A Selah woman’s attempt to have a defamation lawsuit filed against her by Selah City Administrator Don Wayman summarily dismissed was rejected Tuesday.
Yakima County Superior Court Judge Blaine Gibson ruled Shirley Johnson-Hoy’s allegation that Wayman was investigated for domestic violence in Texas was “literally false.” He also threw out Johnson-Hoy’s argument that the statement could be substantially true based on a plea Wayman entered to an assault charge involving a student in a JROTC program he oversaw.
“There has never been a domestic violence report, nor has anyone seen a domestic violence report (involving Wayman), said D.R. “Rob” Case, Wayman’s attorney. Case was hired as Selah’s attorney in September, five months after Wayman’s suit was filed.
Kevan Montoya, Johnson-Hoy’s attorney, is awaiting the judge’s ruling before deciding on whether to appeal.
Wayman filed suit against Johnson-Hoy, who unsuccessfully ran for Selah council in 2015, in April 2019 for a statement she posted on a local television station’s Facebook page. Johnson-Hoy, in her post, said Wayman should have been fired because he did not disclose that his wife had filed a domestic violence report on him when they were living in Texas, according to court documents.
In the post, Johnson-Hoy said she learned about the allegation after overhearing a council member mention it, court documents said.
Wayman’s wife never filed a complaint against her husband, the suit states, and Wayman accuses Johnson-Hoy of not bothering to check facts before she made her statement.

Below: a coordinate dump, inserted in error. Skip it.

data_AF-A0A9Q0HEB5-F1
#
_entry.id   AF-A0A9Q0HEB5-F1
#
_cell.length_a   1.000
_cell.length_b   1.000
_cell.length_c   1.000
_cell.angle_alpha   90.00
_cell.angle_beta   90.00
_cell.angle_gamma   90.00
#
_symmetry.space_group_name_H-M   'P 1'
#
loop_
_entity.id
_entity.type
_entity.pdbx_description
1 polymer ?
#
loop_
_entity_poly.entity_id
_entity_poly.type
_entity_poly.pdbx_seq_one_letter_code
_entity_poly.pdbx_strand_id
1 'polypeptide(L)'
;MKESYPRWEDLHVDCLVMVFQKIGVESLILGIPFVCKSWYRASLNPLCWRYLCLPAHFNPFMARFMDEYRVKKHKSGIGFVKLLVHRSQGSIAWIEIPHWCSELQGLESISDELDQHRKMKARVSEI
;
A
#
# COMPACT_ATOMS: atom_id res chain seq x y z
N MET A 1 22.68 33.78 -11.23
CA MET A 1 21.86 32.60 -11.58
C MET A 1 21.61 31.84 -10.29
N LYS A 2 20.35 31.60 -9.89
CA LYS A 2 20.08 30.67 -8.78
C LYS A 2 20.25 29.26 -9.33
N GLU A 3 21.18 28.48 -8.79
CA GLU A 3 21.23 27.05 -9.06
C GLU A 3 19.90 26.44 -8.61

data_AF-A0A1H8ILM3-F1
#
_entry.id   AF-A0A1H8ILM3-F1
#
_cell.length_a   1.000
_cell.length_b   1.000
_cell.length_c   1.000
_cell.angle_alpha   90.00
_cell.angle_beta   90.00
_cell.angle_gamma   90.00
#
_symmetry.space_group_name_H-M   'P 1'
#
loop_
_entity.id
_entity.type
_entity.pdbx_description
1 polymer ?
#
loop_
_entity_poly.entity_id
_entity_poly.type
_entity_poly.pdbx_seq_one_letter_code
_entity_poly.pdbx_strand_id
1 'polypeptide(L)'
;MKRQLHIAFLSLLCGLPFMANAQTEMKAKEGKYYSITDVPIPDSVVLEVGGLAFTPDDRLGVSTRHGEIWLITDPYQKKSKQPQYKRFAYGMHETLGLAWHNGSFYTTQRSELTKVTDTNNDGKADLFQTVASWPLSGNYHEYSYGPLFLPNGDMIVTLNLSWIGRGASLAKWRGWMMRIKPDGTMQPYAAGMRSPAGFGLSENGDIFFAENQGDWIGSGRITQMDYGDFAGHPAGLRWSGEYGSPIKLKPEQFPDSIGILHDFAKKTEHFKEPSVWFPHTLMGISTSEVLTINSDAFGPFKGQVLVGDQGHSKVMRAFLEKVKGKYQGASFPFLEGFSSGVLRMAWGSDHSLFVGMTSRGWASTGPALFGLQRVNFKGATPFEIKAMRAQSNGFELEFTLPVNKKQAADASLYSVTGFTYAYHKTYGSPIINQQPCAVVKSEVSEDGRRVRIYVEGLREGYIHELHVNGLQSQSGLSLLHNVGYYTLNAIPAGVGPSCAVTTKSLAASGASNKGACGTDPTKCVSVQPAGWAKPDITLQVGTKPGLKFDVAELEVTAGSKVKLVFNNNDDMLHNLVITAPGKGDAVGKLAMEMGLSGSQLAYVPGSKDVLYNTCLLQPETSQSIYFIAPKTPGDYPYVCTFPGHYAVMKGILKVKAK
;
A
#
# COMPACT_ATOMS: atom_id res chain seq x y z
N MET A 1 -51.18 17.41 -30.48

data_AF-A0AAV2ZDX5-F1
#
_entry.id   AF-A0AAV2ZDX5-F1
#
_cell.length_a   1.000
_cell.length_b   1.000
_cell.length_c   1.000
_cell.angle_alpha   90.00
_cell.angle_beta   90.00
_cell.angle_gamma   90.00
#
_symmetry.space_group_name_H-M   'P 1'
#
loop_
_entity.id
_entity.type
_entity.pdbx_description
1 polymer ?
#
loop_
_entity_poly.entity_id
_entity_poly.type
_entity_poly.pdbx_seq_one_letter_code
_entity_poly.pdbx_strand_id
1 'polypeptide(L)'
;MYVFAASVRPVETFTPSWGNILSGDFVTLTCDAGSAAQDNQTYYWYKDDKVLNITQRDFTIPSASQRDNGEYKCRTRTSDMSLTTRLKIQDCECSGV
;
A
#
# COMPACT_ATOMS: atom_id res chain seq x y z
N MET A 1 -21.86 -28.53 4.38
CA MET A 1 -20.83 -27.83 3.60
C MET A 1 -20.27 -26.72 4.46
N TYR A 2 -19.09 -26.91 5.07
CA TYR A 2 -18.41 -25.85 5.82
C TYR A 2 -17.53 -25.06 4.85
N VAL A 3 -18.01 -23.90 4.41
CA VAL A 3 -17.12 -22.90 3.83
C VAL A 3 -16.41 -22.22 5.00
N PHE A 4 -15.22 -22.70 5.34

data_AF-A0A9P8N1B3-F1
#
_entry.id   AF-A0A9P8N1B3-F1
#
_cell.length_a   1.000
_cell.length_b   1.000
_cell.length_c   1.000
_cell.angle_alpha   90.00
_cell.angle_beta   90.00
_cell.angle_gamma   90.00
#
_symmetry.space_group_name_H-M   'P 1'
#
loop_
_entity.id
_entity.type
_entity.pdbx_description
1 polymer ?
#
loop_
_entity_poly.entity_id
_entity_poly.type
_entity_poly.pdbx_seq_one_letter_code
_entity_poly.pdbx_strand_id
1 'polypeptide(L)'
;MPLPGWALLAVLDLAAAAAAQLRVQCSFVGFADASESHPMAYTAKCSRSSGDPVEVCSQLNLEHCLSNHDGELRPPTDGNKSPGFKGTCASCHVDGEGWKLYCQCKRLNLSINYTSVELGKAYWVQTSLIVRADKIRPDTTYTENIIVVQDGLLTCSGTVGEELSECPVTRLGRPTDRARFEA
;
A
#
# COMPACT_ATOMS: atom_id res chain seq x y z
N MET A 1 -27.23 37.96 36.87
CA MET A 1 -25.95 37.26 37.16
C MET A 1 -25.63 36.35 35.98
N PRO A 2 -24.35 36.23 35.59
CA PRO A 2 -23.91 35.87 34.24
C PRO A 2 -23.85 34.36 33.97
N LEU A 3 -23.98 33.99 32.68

But Montoya, Johnson-Hoy’s attorney, argued that while her statement may have gotten the details wrong, it was substantially true because Wayman had entered a no-contest plea to a misdemeanor assault charge in Granbury, Texas, in 2012, court documents said.
The charge was later dismissed as part of a diversion agreement, Wayman and court records said.
In a no-contest plea, a defendant does not admit guilt or offer a defense. While it is considered a guilty plea, it is inadmissible to cite in Washington state, Case said.
The charge was based on a female student’s accusation that Wayman, then overseeing the JROTC program at the high school, rubbed against her and kissed her, the documents state.
The school district’s investigation recommended Wayman be fired, and he instead resigned and received a neutral reference from the school district.
But the court dismissed that argument and ruled the evidence could not be brought into the case.
Case said Johnson-Hoy attempted to “backfill” her statement by substituting the school incident for her false statement of a domestic violence report against his wife. To use the substantial truth argument, Case said one would have to have an overall allegation correct but make an error in detail, such as saying someone stole $50,000 when in fact it was only $30,000.
“The sad part about this is (Johnson-Hoy’s attorneys) used their briefing to further slander my client,” Case said.
Among the questions that remain to be answered is whether Wayman can be considered a public figure for the lawsuit, Case said. While Wayman is a city official now, the allegation involved a time when he was not a city official.
If the judge finds Wayman should be considered a public official, then he would have to demonstrate that Johnson-Hoy acted with what is known as “actual malice,” meaning that she knew the statement was false and published it anyway, or didn’t bother to verify it first, Case said. A private individual only must prove negligence, meaning that the information was wrong.
But Case is confident that Wayman could win if he were held to the higher standard, based on Johnson-Hoy’s past comments calling him a “bully” and a liar.
This story was updated to reflect that the charge against Don Wayman was subsequently dismissed.